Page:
Before students begin independent reading, ask them to either try out a particular strategy, or just notice any strategy they use while reading. Students can draw or write a quick note about their strategy use (or use one of the bookmarks I described above), and then share about it with a partner after independent reading time is over.
5. Provide students with concrete tools to use while they are reading.
Last but not least…giving students concrete tools to use during independent reading is super helpful in getting them to practice reading strategies! Some of my favorite tools (all from my K-1 Reading Workshop Toolkit) include:
A strategy ring card with a few different strategies students can use, and…
Reading Workshop Toolkits
All of the printables and tools featured in this post come from my new K-1 Reading Workshop Toolkit!
This resource includes over 450 pages of resources to help you manage and teach during reading workshop! The materials are versatile and can also be used with guided reading or any other reading program/structure you follow.
I also have a toolkit designed specifically for 2nd and 3rd grade:
Included in these packs are:
Reading Strategy Cards and Posters:
Sets of cards and corresponding posters to help you teach reading strategies. You can display the posters in your classroom and use them during mini-lessons. Place the corresponding strategy cards on small binder rings to have students use while reading independently or during guided reading. Around 100 different strategies are included in each toolkit, so you’ll have many options to choose from! There are also blank cards so you can make your own or design visuals with your class.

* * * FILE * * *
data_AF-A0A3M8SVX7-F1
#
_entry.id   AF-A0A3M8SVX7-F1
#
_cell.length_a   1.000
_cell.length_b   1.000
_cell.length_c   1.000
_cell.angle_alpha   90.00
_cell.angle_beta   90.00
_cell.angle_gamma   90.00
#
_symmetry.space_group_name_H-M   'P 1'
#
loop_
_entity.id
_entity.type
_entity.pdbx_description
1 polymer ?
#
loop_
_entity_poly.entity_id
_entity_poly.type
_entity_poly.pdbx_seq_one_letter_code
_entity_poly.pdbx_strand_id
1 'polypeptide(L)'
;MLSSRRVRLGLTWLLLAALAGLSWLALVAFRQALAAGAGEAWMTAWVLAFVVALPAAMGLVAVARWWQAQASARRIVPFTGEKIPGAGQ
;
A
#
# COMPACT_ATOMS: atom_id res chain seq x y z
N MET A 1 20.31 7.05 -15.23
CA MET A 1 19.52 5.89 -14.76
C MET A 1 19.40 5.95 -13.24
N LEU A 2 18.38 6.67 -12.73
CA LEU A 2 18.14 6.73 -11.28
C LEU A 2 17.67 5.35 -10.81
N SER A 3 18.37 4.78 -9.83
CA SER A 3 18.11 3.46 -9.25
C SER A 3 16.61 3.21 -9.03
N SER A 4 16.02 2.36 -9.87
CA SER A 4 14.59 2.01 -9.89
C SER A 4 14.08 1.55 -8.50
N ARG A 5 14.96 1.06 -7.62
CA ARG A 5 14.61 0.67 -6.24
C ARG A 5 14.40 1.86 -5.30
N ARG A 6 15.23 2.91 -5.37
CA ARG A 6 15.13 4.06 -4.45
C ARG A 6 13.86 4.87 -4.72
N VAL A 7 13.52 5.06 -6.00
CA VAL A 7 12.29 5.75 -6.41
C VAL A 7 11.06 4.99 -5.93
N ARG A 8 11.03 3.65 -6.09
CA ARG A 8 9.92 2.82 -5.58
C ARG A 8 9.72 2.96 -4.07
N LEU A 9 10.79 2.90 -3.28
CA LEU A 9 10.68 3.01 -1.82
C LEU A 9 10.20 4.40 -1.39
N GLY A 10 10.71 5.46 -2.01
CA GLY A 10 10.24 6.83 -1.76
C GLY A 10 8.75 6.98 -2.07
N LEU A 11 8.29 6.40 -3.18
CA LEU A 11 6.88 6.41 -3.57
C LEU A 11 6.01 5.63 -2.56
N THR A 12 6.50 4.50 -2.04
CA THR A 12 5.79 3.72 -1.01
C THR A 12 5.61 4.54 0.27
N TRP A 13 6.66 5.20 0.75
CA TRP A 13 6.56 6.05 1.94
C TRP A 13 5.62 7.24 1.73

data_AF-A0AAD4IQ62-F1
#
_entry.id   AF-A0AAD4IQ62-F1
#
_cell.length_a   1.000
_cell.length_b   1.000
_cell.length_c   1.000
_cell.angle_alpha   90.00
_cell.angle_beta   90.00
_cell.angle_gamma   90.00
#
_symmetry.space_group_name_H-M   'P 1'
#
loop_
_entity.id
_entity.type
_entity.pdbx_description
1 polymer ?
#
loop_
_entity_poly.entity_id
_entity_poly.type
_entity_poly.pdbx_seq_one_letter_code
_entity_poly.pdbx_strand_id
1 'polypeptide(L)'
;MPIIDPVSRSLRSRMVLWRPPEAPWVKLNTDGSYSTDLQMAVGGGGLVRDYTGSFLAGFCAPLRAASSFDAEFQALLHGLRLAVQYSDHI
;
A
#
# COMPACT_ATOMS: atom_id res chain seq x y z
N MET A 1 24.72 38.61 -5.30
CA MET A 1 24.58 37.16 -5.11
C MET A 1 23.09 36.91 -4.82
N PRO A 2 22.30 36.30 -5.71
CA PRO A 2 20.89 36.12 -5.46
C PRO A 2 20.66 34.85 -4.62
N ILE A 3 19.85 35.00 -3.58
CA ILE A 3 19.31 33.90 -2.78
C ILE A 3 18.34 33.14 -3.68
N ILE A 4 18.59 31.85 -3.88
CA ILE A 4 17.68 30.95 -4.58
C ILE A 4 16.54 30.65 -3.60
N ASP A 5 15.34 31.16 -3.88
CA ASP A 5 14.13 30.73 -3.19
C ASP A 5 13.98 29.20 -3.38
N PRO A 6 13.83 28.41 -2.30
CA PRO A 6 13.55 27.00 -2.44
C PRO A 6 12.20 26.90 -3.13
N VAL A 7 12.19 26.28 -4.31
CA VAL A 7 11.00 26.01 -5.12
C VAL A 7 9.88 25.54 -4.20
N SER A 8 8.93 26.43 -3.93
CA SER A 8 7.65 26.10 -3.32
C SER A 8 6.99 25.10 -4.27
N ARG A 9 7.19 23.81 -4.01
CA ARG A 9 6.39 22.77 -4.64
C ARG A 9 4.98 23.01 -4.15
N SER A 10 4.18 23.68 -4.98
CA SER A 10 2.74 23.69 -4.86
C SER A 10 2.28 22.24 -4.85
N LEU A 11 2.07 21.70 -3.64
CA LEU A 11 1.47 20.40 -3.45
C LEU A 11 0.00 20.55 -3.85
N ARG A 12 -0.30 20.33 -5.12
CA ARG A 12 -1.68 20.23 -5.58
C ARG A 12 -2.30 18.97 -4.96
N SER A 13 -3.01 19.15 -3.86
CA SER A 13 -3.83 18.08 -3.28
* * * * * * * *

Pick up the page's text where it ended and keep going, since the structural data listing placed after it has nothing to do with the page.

Planning Templates (print and write in):
Sets of planning templates to help you create daily, weekly, and unit plans for reading workshop. Choose the template(s) you like best, print them out, and fill in your plans.
Planning Templates (editable):
Sets of editable planning templates that you can use to create daily, weekly, and unit plans for reading workshop.
Assessment / Anecdotal Note Forms:
Sets of forms and checklists you can use to take anecdotal notes about students’ reading. Many different formats are included so you can choose the one(s) that best meet your needs.
Prompts and Teaching Points:
Documents with suggested questions at the beginning of a reading conference, as well as specific teaching points/strategies you can teach during reading conferences, small group instruction, and/or whole group instruction.
Bookmarks for Students:
Bookmarks that students can use as a reference for phonics and strategies, to mark a place in a book where they used a specific strategy, and to record their thinking.